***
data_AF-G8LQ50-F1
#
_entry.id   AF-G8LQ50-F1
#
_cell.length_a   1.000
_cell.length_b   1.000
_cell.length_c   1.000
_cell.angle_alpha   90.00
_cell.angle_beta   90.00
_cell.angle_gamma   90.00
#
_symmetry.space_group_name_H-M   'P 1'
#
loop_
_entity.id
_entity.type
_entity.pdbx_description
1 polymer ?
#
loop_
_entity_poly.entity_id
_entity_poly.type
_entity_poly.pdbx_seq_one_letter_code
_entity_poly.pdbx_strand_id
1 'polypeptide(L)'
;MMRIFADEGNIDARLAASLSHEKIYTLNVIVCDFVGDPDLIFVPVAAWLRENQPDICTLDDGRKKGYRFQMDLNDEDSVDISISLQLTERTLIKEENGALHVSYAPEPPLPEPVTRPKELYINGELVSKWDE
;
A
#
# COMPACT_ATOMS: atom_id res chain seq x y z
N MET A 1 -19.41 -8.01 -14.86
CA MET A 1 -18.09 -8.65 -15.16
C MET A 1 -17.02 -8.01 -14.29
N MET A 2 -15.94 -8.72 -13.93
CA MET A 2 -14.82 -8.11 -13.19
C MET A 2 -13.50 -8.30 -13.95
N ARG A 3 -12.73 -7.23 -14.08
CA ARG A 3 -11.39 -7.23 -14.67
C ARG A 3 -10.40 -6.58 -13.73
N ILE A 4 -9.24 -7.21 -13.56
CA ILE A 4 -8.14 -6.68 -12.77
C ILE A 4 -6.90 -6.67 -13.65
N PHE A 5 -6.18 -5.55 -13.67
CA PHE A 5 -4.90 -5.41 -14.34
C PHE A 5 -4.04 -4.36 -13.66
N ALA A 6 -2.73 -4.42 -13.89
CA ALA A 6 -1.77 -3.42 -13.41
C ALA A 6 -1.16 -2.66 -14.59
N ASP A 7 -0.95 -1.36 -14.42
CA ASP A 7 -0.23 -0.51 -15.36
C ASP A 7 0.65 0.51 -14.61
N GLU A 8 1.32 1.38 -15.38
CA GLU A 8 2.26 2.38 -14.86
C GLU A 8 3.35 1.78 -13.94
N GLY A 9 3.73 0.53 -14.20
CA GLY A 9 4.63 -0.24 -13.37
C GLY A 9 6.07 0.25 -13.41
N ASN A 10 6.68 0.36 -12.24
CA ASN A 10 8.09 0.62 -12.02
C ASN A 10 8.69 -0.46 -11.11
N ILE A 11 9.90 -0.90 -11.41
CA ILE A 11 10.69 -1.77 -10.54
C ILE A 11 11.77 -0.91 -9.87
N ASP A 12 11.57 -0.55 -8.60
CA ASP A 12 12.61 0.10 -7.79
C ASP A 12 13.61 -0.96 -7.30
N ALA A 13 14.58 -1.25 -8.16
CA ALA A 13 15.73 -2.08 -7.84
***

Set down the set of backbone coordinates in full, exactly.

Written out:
data_AF-G8LQ50-F1
#
_entry.id   AF-G8LQ50-F1
#
_cell.length_a   1.000
_cell.length_b   1.000
_cell.length_c   1.000
_cell.angle_alpha   90.00
_cell.angle_beta   90.00
_cell.angle_gamma   90.00
#
_symmetry.space_group_name_H-M   'P 1'
#
loop_
_entity.id
_entity.type
_entity.pdbx_description
1 polymer ?
#
loop_
_entity_poly.entity_id
_entity_poly.type
_entity_poly.pdbx_seq_one_letter_code
_entity_poly.pdbx_strand_id
1 'polypeptide(L)'
;MMRIFADEGNIDARLAASLSHEKIYTLNVIVCDFVGDPDLIFVPVAAWLRENQPDICTLDDGRKKGYRFQMDLNDEDSVDISISLQLTERTLIKEENGALHVSYAPEPPLPEPVTRPKELYINGELVSKWDE
;
A
#
# COMPACT_ATOMS: atom_id res chain seq x y z
N MET A 1 -19.41 -8.01 -14.86
CA MET A 1 -18.09 -8.65 -15.16
C MET A 1 -17.02 -8.01 -14.29
N MET A 2 -15.94 -8.72 -13.93
CA MET A 2 -14.82 -8.11 -13.19
C MET A 2 -13.50 -8.30 -13.95
N ARG A 3 -12.73 -7.23 -14.08
CA ARG A 3 -11.39 -7.23 -14.67
C ARG A 3 -10.40 -6.58 -13.73
N ILE A 4 -9.24 -7.21 -13.56
CA ILE A 4 -8.14 -6.68 -12.77
C ILE A 4 -6.90 -6.67 -13.65
N PHE A 5 -6.18 -5.55 -13.67
CA PHE A 5 -4.90 -5.41 -14.34
C PHE A 5 -4.04 -4.36 -13.66
N ALA A 6 -2.73 -4.42 -13.89
CA ALA A 6 -1.77 -3.42 -13.41
C ALA A 6 -1.16 -2.66 -14.59
N ASP A 7 -0.95 -1.36 -14.42
CA ASP A 7 -0.23 -0.51 -15.36
C ASP A 7 0.65 0.51 -14.61
N GLU A 8 1.32 1.38 -15.38
CA GLU A 8 2.26 2.38 -14.86
C GLU A 8 3.35 1.78 -13.94
N GLY A 9 3.73 0.53 -14.20
CA GLY A 9 4.63 -0.24 -13.37
C GLY A 9 6.07 0.25 -13.41
N ASN A 10 6.68 0.36 -12.24
CA ASN A 10 8.09 0.62 -12.02
C ASN A 10 8.69 -0.46 -11.11
N ILE A 11 9.90 -0.90 -11.41
CA ILE A 11 10.69 -1.77 -10.54
C ILE A 11 11.77 -0.91 -9.87
N ASP A 12 11.57 -0.55 -8.60
CA ASP A 12 12.61 0.10 -7.79
C ASP A 12 13.61 -0.96 -7.30
N ALA A 13 14.58 -1.25 -8.16
CA ALA A 13 15.73 -2.08 -7.84